At present, there is an extensive discussion about the MP3 and other similar formats online. Sound compression utilities are also subjects of heated debates like which the better coder is: Fraunhofer or LAME, as well as whether or not there are obvious differences between 256 and 320 Kbits/s. [no_toc]
While there are proponents of the MP3 format, other alternative music storage methods also have their own fans. LQT or OGG Vorbis, for instance, are also popular. However, at 9 years old, the MP3 still has no viable heir, and everyone is waiting.
When considering the improvements, 2 points of view must be considered: the increase in sound quality after file compression at a specific bitrate and the compressed files’ smaller size while retaining the quality. Now, let us examine the goal of the developers here.
The Situation Before
You probably know that data transfer size has a lot of bearing, and the size of audio files is usually staggering. What do you do then? You have the option to use the Microsoft-promoted WMA format that comes with bitrates that are comparable to MP3 in terms of quality, (although limited to a mere 192 Kbits/s) reduces the size of the file and is also lacking in ID tags; and are copy-protected. On the other hand, there is the successor to the all-time favorite MP3, and that is in the form of the MP3Pro.
The MP3Pro comes from Coding Technologies, Inc., a developer established back in 1977. The company is involved in marketing and development of SBR technology-based codecs. SBR stands for Spectral Band Replication.
Working in collaboration with Thomson Multimedia and Fraunhofer Institute, Coding Technologies is backed up by notable investors like Heinz Gerhauser, the Fraunhofer Institute head. Thus, CTI is privy to all Fraunhofer projects. In fact, MP3Pro was a name provided by Thomson Multimedia that was, together with RCA, involved in the promotions of the product.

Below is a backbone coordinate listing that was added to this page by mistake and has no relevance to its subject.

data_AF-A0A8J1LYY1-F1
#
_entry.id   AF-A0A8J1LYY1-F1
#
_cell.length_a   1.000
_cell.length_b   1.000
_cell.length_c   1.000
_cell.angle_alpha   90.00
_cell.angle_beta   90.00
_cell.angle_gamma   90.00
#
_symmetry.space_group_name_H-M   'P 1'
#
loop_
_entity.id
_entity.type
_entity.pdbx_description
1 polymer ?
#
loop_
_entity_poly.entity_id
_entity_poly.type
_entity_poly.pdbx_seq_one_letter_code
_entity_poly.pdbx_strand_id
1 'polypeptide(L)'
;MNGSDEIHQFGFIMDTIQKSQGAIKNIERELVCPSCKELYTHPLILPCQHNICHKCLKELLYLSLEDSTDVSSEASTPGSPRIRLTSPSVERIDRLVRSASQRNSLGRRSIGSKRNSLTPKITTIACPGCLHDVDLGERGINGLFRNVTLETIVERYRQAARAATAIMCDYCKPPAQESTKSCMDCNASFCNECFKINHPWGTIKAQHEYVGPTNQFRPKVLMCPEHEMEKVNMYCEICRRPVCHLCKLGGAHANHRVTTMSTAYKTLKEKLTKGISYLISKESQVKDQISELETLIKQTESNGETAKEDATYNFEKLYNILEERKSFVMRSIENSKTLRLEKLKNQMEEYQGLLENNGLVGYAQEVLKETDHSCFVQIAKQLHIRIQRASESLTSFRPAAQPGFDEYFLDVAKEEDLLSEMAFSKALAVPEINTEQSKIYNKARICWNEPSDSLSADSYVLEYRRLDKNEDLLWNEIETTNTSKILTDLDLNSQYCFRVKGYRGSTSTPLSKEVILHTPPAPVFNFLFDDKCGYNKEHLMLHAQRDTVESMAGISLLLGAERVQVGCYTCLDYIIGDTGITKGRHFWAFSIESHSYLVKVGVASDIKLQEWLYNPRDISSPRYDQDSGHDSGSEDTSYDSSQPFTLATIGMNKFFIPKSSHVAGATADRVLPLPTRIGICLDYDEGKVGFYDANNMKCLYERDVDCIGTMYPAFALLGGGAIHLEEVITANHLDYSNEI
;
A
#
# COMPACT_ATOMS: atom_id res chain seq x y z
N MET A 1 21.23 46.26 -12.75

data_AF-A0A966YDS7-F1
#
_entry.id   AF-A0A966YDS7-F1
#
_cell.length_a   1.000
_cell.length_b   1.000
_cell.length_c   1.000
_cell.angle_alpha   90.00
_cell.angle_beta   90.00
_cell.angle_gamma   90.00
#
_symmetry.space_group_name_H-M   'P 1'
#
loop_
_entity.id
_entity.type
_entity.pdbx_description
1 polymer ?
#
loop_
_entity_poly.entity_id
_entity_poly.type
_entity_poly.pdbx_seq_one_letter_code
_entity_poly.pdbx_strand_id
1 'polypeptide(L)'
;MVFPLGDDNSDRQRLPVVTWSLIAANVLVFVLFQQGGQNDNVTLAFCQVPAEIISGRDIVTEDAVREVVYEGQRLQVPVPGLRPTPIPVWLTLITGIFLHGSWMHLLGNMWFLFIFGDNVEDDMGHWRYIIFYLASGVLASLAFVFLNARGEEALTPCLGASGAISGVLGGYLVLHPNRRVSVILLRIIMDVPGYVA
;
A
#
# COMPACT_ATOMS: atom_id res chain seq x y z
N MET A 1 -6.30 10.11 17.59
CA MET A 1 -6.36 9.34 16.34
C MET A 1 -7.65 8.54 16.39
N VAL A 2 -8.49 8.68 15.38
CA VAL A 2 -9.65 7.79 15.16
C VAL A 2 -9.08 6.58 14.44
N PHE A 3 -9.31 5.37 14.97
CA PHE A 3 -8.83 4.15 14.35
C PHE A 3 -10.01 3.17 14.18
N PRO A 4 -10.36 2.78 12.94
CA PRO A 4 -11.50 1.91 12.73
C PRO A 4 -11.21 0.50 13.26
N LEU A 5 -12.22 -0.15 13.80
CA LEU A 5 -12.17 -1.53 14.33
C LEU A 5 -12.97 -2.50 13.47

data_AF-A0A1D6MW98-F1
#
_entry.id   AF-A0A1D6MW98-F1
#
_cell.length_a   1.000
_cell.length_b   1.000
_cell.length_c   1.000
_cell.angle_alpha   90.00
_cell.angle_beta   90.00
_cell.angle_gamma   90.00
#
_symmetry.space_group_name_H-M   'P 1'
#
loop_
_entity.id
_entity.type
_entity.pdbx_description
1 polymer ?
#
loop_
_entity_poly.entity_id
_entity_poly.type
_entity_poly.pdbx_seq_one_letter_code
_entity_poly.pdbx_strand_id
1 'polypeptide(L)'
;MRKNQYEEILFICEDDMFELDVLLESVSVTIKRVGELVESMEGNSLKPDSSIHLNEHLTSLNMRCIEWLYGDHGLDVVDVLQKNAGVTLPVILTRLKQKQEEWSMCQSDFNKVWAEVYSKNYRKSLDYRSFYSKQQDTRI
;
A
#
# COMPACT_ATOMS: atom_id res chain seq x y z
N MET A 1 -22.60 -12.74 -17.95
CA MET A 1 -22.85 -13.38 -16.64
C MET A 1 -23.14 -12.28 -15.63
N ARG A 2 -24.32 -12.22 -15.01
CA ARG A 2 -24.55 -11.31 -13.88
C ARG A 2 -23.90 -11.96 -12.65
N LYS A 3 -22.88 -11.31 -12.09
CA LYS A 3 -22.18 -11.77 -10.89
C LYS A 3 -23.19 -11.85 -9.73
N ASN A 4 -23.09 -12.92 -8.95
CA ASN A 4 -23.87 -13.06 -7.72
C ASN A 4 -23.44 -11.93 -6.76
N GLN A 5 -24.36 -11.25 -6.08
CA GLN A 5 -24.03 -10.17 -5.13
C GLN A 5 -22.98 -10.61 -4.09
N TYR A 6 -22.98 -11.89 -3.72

The Fine Details
MP3Pro is an SBR technology-based MP3 codec. The technology was borne out of the necessity to transfer digital music via the Net in real time, and it was developed for mobile computers and various types of portable digital players.
A small-sized memory or a limited data rate allow the use of only low bitrates when compressing sounds into AAC or MP3 formats. Faster modes of connection like xDSL and ISDN don’t offer a constant data flow since the Internet is often overloaded.
Decent quality can more or less be achieved through 128 Kbit/s or higher compression rate. Issues sometimes arise with low bitrates. For instance, it may become necessary to lower a frequency range for audio data transfer, or artifacts may sometimes arise following encoding. This is a proof that merely being a psychoacoustic model isn’t sufficient when working with low bitrates such as 128 Kbits/s and below. SBR technology is designed to narrow the frequency range a bit during the encoding stage by cutting the highs off. The frequency range can then be brought back to its previous size during decoding. This is based on the provided information about low frequencies.
For testing purposes, we used various synthetic fragments and styles. First, the original WAVE file was coded using each codec. It was later decoded back to WAVE, then cleared using the wave editor. After that, a comparison between the original’s AFCs and the final WAVE files.
Microsoft’s WMA format was used since it is considered as the MP3Pro’s direct competitor. More than that, however, the WMA 8.0 is quite interesting to study and take a closer look at.
The tests involve comparing the MP3 128 Kbits/s with the WMA and MP3Pro, both at 64 Kbits/s. At 96 Kbits/s, the MP3 192 can be pitted against the 96 Kbits/s of WMA and MP3Pro.
Music types used for testing include:
- Modern dance music
- Jazz that feature live performances
- Pop music with vocals
- Satisfactory sound quality at lower bitrates
- High degree of compression
- Low system requirements
- High frequency syntheses from low frequencies
- Insufficient support for high bitrates